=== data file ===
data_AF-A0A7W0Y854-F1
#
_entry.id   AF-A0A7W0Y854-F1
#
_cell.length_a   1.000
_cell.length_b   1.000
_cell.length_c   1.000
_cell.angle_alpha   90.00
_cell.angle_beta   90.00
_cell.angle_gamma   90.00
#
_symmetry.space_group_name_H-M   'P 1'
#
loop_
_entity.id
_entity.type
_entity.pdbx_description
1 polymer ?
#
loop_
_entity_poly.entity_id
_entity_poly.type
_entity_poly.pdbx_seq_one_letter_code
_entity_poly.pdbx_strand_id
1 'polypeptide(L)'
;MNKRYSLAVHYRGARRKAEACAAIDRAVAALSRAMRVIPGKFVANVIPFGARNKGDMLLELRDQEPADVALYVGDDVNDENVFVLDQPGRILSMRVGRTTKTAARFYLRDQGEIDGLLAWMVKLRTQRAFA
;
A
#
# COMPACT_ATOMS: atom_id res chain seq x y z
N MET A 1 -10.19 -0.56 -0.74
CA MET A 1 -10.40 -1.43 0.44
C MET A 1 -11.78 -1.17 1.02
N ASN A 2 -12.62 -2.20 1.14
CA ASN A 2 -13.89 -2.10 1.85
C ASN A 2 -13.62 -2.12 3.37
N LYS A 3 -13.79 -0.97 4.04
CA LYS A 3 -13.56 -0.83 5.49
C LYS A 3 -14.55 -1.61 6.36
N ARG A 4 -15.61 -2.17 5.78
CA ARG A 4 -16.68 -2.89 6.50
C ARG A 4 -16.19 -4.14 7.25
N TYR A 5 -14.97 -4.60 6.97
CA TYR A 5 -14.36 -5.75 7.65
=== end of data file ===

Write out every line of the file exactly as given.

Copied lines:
data_AF-A0A7W0Y854-F1
#
_entry.id   AF-A0A7W0Y854-F1
#
_cell.length_a   1.000
_cell.length_b   1.000
_cell.length_c   1.000
_cell.angle_alpha   90.00
_cell.angle_beta   90.00
_cell.angle_gamma   90.00
#
_symmetry.space_group_name_H-M   'P 1'
#
loop_
_entity.id
_entity.type
_entity.pdbx_description
1 polymer ?
#
loop_
_entity_poly.entity_id
_entity_poly.type
_entity_poly.pdbx_seq_one_letter_code
_entity_poly.pdbx_strand_id
1 'polypeptide(L)'
;MNKRYSLAVHYRGARRKAEACAAIDRAVAALSRAMRVIPGKFVANVIPFGARNKGDMLLELRDQEPADVALYVGDDVNDENVFVLDQPGRILSMRVGRTTKTAARFYLRDQGEIDGLLAWMVKLRTQRAFA
;
A
#
# COMPACT_ATOMS: atom_id res chain seq x y z
N MET A 1 -10.19 -0.56 -0.74
CA MET A 1 -10.40 -1.43 0.44
C MET A 1 -11.78 -1.17 1.02
N ASN A 2 -12.62 -2.20 1.14
CA ASN A 2 -13.89 -2.10 1.85
C ASN A 2 -13.62 -2.12 3.37
N LYS A 3 -13.79 -0.97 4.04
CA LYS A 3 -13.56 -0.83 5.49
C LYS A 3 -14.55 -1.61 6.36
N ARG A 4 -15.61 -2.17 5.78
CA ARG A 4 -16.68 -2.89 6.50
C ARG A 4 -16.19 -4.14 7.25
N TYR A 5 -14.97 -4.60 6.97
CA TYR A 5 -14.36 -5.75 7.65